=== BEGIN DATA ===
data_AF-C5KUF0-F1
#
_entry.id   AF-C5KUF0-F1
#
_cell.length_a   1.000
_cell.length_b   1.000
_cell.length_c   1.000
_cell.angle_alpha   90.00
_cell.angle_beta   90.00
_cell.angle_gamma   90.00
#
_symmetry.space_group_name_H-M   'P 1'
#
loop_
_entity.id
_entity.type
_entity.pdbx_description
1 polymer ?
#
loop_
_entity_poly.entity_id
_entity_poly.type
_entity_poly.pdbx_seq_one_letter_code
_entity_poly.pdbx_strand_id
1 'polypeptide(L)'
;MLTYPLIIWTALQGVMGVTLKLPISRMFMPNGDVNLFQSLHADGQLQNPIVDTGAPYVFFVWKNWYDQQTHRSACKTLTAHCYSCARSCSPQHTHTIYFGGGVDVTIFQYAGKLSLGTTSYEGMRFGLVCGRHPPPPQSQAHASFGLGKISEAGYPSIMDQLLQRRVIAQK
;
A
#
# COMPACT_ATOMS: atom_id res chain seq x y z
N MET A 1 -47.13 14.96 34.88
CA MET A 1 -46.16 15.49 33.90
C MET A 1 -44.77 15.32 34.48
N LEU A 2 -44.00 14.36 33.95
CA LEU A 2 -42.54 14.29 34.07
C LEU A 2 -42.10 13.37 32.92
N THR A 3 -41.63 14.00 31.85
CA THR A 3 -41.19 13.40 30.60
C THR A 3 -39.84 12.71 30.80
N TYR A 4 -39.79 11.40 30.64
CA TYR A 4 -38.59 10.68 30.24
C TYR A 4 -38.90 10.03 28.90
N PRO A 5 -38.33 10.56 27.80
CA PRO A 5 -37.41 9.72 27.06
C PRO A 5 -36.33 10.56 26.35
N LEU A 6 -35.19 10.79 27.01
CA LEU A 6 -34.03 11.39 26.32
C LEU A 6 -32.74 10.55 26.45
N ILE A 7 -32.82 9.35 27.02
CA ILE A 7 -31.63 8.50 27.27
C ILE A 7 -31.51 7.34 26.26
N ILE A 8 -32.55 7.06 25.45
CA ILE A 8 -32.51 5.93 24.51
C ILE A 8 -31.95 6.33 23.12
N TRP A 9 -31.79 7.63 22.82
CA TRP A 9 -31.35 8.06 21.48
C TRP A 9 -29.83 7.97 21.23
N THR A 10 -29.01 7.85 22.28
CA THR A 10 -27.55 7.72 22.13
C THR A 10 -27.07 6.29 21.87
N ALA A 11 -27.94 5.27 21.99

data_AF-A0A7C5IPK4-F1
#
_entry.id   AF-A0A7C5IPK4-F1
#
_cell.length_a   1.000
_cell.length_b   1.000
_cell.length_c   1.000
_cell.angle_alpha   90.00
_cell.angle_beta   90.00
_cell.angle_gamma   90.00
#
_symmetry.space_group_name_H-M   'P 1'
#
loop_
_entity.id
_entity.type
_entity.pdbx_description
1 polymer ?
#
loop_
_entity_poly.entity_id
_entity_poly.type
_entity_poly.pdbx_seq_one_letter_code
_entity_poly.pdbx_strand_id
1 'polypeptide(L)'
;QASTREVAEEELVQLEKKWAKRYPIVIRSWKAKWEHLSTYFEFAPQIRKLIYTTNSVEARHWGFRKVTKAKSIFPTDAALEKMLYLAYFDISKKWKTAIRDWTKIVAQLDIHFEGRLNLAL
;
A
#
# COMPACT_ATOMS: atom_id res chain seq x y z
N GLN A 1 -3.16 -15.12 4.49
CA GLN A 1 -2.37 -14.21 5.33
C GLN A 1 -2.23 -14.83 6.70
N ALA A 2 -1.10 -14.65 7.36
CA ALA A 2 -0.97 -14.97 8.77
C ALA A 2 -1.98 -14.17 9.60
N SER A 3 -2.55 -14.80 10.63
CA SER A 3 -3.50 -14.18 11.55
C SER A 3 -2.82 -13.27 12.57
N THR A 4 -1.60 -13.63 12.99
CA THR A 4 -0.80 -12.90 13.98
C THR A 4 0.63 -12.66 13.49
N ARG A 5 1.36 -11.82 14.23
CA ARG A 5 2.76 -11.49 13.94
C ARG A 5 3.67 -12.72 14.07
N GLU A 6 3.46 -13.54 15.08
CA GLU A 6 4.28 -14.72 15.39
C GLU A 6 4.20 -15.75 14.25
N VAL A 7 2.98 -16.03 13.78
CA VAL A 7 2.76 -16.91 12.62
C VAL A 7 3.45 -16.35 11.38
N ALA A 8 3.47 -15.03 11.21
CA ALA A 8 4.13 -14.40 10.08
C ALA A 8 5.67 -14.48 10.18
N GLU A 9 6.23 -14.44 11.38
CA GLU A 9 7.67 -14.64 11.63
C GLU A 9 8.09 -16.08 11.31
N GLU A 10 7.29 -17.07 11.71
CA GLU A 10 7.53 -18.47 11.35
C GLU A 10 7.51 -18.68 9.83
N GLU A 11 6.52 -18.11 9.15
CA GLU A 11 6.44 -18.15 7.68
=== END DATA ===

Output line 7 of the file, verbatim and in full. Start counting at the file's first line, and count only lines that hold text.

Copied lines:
_cell.length_c   1.000